To understand the purpose of Ki Tetze, one has to think about it as a puzzle. When one examines the different commandments on a deeper level, the mitzvot begin to exemplify a common thread that intertwines each of the commandments with one another. This common unifying thread is relationships and forbidden unions. When one understands this theme, the portion begins to take on new meaning. What is the purpose of these seemingly unrelated mitzvot? The purpose is to instruct us in the proper and improper way to conduct ourselves with others.
Ki Tetze begins with mitzvot concerning the relationship of an Israelite man who wishes to marry a captive woman. It goes on to mention the instructions for a wayward son, and the obligation to extend goodness toward a fellow person: “You are not to watch your brother’s ox or sheep straying and behave as if you hadn’t seen it (Deut. 22:1).” Additionally, “If you find something they lost, you must not ignore it (22:3).”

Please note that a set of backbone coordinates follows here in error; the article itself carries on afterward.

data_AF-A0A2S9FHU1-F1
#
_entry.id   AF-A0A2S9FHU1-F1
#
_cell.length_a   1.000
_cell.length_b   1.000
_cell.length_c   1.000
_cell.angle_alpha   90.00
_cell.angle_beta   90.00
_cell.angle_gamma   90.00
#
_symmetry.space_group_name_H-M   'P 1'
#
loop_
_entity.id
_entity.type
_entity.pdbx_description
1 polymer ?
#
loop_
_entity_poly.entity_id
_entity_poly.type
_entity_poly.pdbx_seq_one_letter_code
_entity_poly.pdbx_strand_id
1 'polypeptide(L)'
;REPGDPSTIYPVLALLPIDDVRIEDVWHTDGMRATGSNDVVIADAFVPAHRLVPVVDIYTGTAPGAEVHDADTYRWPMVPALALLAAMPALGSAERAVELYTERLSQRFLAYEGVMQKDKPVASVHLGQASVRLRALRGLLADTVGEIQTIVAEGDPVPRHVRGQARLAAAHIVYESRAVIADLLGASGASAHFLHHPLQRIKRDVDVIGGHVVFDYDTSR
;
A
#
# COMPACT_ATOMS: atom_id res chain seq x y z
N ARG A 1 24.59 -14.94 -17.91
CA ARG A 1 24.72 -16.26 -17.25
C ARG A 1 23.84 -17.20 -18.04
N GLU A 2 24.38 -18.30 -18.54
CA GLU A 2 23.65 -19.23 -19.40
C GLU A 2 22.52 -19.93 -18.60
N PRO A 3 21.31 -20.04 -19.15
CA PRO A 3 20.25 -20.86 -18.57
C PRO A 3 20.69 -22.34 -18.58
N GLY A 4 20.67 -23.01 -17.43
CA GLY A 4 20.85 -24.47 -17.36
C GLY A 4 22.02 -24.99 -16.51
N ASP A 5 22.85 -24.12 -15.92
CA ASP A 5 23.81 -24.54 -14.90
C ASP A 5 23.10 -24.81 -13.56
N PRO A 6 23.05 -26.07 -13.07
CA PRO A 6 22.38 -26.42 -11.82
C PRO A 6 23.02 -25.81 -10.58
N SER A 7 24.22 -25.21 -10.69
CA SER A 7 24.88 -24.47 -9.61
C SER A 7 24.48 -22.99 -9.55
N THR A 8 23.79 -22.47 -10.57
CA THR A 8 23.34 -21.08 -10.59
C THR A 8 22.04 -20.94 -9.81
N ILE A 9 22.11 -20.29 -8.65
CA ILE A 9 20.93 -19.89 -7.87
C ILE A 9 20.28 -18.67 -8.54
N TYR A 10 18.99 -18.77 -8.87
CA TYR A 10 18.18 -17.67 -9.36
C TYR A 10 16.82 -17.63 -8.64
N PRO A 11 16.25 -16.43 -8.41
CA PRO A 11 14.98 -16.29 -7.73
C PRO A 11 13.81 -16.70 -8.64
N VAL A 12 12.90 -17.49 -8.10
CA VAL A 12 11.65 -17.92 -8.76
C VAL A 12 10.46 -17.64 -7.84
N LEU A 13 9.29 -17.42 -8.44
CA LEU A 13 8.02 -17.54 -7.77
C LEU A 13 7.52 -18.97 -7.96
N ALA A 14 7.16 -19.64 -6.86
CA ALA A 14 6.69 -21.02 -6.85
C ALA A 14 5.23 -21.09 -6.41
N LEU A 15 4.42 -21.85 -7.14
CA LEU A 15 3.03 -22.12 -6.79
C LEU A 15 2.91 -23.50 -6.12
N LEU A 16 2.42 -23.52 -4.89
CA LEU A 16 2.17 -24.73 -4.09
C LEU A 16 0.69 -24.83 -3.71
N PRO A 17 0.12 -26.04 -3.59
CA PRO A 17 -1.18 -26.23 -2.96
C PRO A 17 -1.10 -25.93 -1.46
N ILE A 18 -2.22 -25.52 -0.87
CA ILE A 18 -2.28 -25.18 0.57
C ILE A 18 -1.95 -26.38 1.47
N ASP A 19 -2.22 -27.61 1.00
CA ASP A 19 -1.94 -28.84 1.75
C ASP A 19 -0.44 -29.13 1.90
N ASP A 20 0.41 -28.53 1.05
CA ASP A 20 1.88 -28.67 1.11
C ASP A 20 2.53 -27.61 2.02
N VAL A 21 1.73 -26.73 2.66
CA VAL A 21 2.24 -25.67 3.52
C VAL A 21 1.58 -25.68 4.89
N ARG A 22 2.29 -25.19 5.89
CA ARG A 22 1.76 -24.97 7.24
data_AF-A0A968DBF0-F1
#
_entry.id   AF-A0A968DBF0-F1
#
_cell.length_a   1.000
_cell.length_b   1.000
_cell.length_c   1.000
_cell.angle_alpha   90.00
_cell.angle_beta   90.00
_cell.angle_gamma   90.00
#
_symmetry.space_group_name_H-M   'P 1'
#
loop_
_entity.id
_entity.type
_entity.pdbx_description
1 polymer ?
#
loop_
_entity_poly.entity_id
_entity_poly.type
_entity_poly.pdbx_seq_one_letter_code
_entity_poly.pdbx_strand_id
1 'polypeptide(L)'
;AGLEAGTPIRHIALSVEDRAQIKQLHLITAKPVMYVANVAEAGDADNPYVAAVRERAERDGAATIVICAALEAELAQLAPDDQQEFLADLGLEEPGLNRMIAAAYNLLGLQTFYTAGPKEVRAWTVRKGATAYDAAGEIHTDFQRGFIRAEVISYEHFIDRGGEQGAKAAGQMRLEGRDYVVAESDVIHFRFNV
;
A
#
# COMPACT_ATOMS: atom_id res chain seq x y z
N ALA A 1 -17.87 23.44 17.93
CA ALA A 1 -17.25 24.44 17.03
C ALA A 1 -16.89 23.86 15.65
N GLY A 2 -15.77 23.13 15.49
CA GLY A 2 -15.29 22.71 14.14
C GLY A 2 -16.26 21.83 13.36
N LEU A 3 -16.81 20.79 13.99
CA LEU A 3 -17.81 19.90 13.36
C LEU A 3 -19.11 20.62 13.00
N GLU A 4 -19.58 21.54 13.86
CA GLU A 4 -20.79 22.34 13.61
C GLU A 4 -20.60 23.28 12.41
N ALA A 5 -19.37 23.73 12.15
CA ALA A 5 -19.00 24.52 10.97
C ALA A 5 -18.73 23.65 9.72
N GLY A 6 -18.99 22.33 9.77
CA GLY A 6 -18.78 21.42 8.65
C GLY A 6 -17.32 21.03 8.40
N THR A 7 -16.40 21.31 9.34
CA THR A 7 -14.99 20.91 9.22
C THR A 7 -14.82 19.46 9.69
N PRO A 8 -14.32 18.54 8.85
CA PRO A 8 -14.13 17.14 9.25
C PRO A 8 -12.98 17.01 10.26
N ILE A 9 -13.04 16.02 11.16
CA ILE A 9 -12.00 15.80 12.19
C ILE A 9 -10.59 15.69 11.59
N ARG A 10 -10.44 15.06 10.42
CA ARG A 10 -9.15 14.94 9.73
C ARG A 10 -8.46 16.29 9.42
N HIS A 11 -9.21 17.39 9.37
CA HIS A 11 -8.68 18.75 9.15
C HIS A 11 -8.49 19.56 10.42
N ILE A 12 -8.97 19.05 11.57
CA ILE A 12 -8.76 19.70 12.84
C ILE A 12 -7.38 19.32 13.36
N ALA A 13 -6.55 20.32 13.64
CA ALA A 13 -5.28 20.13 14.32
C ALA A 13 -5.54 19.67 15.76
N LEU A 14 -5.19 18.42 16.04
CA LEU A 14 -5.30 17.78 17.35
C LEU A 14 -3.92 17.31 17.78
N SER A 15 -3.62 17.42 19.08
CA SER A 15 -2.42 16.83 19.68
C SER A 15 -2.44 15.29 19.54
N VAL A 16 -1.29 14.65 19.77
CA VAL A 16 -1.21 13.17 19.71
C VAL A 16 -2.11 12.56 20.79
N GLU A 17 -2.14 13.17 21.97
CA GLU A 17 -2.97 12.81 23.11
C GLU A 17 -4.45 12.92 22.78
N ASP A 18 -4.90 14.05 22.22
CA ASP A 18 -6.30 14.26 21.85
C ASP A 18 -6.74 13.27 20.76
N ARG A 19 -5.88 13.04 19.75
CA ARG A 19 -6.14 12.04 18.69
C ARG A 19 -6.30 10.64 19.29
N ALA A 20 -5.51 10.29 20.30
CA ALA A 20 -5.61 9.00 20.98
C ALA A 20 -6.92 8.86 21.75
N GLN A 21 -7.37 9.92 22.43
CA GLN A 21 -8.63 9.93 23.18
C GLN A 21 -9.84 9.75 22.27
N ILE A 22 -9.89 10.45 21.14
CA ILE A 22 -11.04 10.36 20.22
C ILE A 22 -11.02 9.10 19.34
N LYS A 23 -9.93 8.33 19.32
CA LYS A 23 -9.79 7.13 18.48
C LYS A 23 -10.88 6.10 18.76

The entire portion discusses rules of unions, and serves as a reminder of the importance of making sure a relationship is not “mixed,” or impure. As such, there are mitzvot that also serve as reminders to avoid impure relationships and unions. These are the laws of shatnetz, the mixing of species and threads (22:6-11), and the wearing of tzitzit (22:12), which serve as a reminder to observe all the mitzvot.
The remainder of the portion continues with instructions regarding relationships, and who can and cannot enter into the assembly of
The point of Ki Tetze is relationships, and specifically how to conduct ourselves in relation to one another. This is the essence of holiness. For G-d takes this matter seriously. The Torah repeatedly instructs us on our relationships – both with G-d, and to others.
May we, with G-d’s help, merit that level of unity with each other and with our Creator. “Barcheinu Avinu, kulano k’echad - Bless us, our Father, all of us as one.”